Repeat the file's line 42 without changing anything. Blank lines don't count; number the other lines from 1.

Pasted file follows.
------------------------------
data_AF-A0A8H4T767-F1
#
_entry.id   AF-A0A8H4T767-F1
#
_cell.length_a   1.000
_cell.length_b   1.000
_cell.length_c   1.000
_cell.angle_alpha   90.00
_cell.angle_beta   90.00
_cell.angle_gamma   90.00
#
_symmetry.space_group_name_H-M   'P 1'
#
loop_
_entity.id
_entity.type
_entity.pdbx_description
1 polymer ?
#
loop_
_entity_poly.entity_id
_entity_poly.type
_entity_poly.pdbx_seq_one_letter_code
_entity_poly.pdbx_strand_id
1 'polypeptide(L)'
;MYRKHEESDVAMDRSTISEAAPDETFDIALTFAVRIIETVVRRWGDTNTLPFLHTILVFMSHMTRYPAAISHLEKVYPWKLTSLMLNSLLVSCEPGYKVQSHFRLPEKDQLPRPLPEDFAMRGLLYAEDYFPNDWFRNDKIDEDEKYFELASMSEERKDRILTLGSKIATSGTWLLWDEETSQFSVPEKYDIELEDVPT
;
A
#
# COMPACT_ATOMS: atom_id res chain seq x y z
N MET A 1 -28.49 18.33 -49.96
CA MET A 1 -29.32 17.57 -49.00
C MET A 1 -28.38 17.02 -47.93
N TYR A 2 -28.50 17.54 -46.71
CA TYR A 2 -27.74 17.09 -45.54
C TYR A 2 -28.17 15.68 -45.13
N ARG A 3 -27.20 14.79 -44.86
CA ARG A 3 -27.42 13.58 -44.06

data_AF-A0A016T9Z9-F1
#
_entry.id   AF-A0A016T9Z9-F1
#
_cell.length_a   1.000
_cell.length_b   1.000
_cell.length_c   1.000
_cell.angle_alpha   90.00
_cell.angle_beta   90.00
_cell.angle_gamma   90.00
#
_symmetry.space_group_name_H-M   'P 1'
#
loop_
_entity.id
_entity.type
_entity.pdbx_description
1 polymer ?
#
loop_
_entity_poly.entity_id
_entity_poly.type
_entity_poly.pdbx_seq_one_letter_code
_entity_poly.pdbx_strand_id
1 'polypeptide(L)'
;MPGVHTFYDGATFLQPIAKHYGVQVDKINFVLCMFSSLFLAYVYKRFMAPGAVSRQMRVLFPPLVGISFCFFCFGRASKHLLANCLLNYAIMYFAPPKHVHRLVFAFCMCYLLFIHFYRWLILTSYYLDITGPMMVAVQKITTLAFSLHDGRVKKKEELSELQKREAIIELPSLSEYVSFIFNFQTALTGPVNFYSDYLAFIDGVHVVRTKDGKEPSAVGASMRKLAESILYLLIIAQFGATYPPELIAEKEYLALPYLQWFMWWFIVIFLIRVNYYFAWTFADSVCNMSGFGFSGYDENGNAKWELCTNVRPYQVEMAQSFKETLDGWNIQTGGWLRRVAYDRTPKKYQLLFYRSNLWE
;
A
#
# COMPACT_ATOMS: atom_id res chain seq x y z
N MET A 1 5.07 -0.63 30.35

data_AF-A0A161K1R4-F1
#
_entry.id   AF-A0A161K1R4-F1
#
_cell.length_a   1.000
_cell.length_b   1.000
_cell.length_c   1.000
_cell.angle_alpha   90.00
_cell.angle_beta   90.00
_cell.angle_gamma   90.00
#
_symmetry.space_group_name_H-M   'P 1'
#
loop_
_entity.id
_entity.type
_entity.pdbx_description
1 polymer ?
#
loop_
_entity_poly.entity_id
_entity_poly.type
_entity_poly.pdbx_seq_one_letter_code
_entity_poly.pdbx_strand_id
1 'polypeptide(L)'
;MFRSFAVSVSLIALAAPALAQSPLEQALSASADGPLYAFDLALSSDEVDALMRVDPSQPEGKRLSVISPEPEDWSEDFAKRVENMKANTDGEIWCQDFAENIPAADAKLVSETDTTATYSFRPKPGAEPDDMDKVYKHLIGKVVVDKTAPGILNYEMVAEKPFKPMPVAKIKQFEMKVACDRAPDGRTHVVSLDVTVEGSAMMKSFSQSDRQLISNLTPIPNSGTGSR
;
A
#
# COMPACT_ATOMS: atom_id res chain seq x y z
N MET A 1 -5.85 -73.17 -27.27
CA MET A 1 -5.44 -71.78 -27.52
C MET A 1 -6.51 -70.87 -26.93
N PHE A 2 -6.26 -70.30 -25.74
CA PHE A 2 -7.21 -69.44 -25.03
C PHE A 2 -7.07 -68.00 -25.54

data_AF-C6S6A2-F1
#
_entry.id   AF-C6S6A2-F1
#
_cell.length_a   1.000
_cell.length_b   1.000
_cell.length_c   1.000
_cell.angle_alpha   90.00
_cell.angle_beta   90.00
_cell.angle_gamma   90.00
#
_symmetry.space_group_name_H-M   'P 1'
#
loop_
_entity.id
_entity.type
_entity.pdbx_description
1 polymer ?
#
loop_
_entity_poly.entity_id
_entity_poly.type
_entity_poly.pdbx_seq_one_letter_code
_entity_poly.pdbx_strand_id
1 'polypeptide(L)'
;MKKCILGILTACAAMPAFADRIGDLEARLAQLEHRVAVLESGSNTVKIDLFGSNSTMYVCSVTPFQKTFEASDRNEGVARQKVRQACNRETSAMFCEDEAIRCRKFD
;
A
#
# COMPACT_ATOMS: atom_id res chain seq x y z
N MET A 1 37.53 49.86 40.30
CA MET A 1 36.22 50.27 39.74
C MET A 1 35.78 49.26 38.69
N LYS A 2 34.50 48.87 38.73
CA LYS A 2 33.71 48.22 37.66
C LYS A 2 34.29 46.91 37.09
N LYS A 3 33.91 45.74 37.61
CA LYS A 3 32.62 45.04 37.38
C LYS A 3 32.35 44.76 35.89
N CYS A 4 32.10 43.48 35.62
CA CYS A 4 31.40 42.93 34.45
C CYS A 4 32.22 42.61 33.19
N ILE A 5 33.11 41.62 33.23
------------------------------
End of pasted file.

#